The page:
Popular Woodworking 2007-12 № 166, страница 15

Popular Woodworking 2007-12 № 166, страница 15

finishes, were originally painted to look like mahogany. People liked dark furniture then, and paint was a good way to get the high-end look of mahogany or walnut from pine, tulip poplar or maple.

Period paints were overwhelmingly oil-based, not casein- or milk-based, but don't sue your Windsor chairmaker for fraud just yet. Period oil-based paints were made of coarse ground pigments, white lead, linseed oil and turpentine. Depending on the amount of linseed oil added, they could have a glossy or matte finish. Depending on the amount of white lead added, they could be somewhat translucent or as opaque as our paints.

In truth, they were unlike our paints in only two noticeable ways. According to Wil-liamsburg's Furniture Conservator Chris Swan, the surface finish could be described as "ropey," with long raised rope-like strands of oil. Second, the hand-ground pigment was much coarser than our modern pigments. Consequently, the paint's color could vary slightly from batch to batch or even within a single batch.

Though skilled conservators such as Swan would never agree, I find milk paint, with its

Fillister plane. I began the bolection by planing the fillet using my moving fillister plane. This moulding will wrap around three sides of my desk, so the stock is about 7' long. As you can see, I clamped a piece of scrap pine to my bench using these wimpy modern clamps. I lent my good beech handscrews to a friend doing a period demonstration.

Bolection

Moulding selection. I chose a bolection for the base moulding. This moulding helps finish the bottom of the case, allowing the viewer to see the carcase as separate from the legs. It supports the "elevated mass" look that was popular in the early 18th century. I chose an astragal with fillets as the waist mould. This moulding binds the upper and lower cases.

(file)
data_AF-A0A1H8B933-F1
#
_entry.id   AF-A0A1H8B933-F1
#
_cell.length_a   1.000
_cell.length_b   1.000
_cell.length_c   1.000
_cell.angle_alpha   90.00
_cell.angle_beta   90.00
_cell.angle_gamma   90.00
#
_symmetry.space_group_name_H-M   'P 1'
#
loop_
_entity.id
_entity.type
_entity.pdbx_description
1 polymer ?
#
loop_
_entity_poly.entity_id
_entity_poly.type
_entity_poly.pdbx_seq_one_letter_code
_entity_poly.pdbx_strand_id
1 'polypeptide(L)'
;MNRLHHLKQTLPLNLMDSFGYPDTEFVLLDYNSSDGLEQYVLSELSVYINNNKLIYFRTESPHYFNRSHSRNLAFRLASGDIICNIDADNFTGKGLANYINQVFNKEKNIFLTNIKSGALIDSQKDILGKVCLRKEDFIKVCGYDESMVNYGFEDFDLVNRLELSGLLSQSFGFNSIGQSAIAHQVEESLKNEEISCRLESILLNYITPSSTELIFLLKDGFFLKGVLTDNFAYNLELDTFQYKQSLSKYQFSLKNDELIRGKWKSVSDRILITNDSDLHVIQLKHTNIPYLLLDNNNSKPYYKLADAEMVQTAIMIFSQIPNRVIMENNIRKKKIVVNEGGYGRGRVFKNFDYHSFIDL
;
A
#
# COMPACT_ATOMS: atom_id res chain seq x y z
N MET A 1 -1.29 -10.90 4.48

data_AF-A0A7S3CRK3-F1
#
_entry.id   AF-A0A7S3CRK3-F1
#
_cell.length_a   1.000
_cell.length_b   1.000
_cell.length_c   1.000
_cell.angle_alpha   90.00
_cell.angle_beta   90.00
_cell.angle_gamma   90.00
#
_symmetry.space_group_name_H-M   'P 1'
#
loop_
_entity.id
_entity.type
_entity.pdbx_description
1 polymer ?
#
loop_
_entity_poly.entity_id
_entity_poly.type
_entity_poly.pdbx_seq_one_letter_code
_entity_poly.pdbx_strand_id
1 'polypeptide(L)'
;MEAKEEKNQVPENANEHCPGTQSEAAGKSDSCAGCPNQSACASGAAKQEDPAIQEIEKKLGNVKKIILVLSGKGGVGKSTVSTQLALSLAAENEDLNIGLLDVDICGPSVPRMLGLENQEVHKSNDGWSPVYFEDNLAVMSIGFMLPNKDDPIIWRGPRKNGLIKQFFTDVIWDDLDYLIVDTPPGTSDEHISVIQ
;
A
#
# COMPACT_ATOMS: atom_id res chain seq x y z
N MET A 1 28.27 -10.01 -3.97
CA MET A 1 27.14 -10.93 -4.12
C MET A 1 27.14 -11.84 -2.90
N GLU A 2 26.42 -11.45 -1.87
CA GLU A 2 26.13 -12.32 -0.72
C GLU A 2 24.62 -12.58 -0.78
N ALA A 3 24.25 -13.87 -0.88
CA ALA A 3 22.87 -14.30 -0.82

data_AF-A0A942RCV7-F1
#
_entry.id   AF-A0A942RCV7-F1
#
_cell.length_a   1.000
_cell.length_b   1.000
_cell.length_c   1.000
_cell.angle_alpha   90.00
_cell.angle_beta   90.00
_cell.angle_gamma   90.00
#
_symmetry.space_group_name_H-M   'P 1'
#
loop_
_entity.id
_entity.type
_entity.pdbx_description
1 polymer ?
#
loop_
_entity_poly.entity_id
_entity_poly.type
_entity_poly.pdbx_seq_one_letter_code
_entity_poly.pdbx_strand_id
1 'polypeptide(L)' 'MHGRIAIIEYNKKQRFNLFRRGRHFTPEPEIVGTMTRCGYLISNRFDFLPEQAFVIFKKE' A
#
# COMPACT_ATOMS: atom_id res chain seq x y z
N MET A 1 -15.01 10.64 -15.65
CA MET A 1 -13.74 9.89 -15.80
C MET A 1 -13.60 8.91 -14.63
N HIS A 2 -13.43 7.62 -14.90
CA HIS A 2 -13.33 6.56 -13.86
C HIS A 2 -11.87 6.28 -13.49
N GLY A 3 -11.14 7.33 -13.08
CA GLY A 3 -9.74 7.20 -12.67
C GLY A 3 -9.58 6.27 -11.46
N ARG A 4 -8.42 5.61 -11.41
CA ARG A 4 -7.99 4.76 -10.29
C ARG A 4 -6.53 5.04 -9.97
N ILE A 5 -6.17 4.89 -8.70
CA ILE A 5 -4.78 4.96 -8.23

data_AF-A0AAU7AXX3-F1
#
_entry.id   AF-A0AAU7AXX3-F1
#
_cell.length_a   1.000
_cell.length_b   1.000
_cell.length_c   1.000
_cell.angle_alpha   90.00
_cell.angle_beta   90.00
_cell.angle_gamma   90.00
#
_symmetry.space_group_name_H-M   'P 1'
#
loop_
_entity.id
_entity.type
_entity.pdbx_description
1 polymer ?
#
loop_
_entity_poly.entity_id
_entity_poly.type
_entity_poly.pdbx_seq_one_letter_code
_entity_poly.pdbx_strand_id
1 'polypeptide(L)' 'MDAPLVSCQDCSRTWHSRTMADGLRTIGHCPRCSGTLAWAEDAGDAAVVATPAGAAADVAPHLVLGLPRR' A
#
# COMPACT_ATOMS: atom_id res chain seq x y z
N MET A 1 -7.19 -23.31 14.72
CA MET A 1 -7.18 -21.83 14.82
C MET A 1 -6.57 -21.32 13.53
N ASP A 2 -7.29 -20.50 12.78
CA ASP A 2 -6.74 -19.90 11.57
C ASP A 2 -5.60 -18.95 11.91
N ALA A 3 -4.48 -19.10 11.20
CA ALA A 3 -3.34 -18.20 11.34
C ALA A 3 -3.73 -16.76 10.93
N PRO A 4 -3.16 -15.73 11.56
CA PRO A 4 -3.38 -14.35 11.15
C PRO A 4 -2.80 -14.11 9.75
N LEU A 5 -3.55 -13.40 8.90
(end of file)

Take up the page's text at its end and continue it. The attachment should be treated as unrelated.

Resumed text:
relatively coarse-ground natural-earth pigments, an excellent substitute for the toxic paint of the 18th century. Like many modern Windsor chairmakers, I have my own ways of working with it to approximate period paint finishes.

Freehand. I began my bolection by free handing the shape on either end of the stock. You don't need a special template for this. This rough sketch is fine.

Oiling and Waxing

By rubbing out the milk paint, you can control its opacity to simulate period paint. I then apply linseed oil and paste wax to get the shine I'm looking for, again simulating whatever age and wear characteristics I'm going for. The last step is adding a few years to the finish.

Famed furniture dealer Israel Sack valued what he called "grunge" - dirt and soot on the surface of furniture that indicated an old finish was present. According to David DeMuzio, senior conservator of furniture and woodwork at the Philadelphia Museum of Art, grunge is

Fore plane. I flipped the moulding end for end Round plane. Using my fingers to guide the and quickly planed a flat where the cove will be plane, I cut the cove with a round plane. The using my fore plane. round plane does not make a quarter of a circle,

so this took several passes, each at a slightly different angle to create the quarter-round cove.

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